|2012 GSA Annual Meeting in Charlotte|
|Paper No. 189-5|
|Presentation Time: 2:55 PM-3:15 PM|
REFINING THE LATE GLACIAL CHRONOLOGY OF THE GREEN BAY LOBE OF THE LAURENTIDE ICE SHEET USING ICE-MARGINAL LACUSTRINE SEDIMENTS
CARSON, Eric C., Wisconsin Geological and Natural History Survey, Univ of Wisconsin, 3817 Mineral Point Rd, Madison, WI 53705, firstname.lastname@example.org, HANSON, Paul R., School of Natural Resources, University of Nebraska-Lincoln, Lincoln, NE 68583, ATTIG, John W., Wisconsin Geological and Natural History Survey, University of Wisconsin - Extension, 3817 Mineral Point Road, Madison, WI 53705, and YOUNG, Aaron R., School of Natural Resources, University of Nebraska-Lincoln, Lincoln, NE 68583-0996|
Currently there are very few reliable numerical age estimates that constrain the timing of the maximum extent of the Laurentide Ice Sheet in the midcontinent, a problem that largely reflects the scarcity of datable carbon along the glacial margin. To improve our understanding of the timing of the last glacial advance and retreat, recent research has begun dating ice-marginal lacustrine sediments: Attig et al. (2011) applied OSL dating to sediments deposited in a small lake in the Baraboo Hills that was impounded by ice only at the late Wisconsin maximum, and Carson et al. (2011) applied a combination of OSL and radiocarbon dating to sediments deposited in small slackwater lakes in south-central Wisconsin that were impounded by late Wisconsin outwash.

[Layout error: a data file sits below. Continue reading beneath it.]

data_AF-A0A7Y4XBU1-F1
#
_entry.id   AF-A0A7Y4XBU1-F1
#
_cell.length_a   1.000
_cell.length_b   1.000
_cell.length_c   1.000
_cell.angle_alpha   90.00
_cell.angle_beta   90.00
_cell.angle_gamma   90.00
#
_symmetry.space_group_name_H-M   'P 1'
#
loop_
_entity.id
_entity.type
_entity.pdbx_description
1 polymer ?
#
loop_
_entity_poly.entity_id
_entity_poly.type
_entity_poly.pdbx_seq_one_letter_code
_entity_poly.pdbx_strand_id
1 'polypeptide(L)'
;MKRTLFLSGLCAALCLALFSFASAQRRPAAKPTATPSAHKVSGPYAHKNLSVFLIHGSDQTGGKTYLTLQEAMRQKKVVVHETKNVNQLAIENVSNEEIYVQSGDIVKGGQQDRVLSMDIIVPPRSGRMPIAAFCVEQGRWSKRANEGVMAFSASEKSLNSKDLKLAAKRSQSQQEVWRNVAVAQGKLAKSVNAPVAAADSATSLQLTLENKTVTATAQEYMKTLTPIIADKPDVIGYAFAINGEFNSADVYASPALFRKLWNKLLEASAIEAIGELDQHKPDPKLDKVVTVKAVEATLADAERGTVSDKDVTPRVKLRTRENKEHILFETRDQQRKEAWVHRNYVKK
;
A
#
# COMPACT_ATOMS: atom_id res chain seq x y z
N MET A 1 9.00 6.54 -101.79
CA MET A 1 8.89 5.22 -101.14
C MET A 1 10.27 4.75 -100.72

Both of those datasets address the timing of onset of retreat of ice from the last maximum position. Sediments collected from within the Devils Lake Gorge in the Baraboo Hills are providing insight into the timing of ice advancing to its maximum position. Late Wisconsin ice blocked both ends of the gorge, creating a lake during the glacial maximum and the lower, modern, Devils Lake. We have collected a 9.1-m core into lacustrine sediments immediately south of Devils Lake; the base of the core is 9.2 m higher than modern lake level, suggesting that the sediments could only have been deposited when ice was completely blocking both ends of the gorge. Three radiocarbon dates from the bottom 2.4 m of the core range between 20,480 +/- 100 14C yr BP (24,890 – 24,050 cal yr BP) and 19,100 +/- 80 14C yr BP (23,290 – 23,060 cal yr BP), indicating that the Green Bay Lobe had advanced to its maximum position by that time. Combined with the previous studies, these data further constrain the timing of late Wisconsin advance and retreat of the Green Bay Lobe.
2012 GSA Annual Meeting in Charlotte
General Information for this Meeting
|Session No. 189|
Meltwater Production from Source (Ice Margins) to Sink (Ocean); Magnitude, Chronology, and Significance
Charlotte Convention Center: Ballroom B
1:30 PM-5:30 PM, Tuesday, 6 November 2012
Geological Society of America Abstracts with Programs, Vol. 44, No. 7, p. 454
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